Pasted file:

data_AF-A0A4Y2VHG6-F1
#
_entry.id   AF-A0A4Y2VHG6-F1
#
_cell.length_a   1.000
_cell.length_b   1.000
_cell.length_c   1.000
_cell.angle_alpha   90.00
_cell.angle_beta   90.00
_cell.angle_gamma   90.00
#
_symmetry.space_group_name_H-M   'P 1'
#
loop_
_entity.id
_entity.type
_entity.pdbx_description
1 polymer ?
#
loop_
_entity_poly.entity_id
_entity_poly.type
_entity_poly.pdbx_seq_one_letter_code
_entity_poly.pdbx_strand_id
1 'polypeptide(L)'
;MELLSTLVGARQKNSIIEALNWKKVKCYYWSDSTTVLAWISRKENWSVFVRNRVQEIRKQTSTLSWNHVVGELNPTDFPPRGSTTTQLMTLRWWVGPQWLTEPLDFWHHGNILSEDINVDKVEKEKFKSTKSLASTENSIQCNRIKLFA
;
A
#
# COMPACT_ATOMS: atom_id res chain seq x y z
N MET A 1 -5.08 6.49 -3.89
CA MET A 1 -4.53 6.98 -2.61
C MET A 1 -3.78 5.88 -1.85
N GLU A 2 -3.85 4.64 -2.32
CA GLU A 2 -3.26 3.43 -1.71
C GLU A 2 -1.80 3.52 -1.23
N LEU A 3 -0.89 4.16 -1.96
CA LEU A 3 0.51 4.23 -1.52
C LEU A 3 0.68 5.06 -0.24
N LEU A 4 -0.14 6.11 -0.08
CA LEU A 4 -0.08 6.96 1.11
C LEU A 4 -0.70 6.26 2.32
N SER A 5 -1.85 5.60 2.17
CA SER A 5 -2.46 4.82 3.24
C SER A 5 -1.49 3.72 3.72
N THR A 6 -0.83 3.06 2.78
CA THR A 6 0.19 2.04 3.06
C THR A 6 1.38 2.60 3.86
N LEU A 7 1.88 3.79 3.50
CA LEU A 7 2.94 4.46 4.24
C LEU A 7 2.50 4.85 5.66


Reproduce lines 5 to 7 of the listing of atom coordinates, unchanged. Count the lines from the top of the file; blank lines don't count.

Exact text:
_cell.length_a   1.000
_cell.length_b   1.000
_cell.length_c   1.000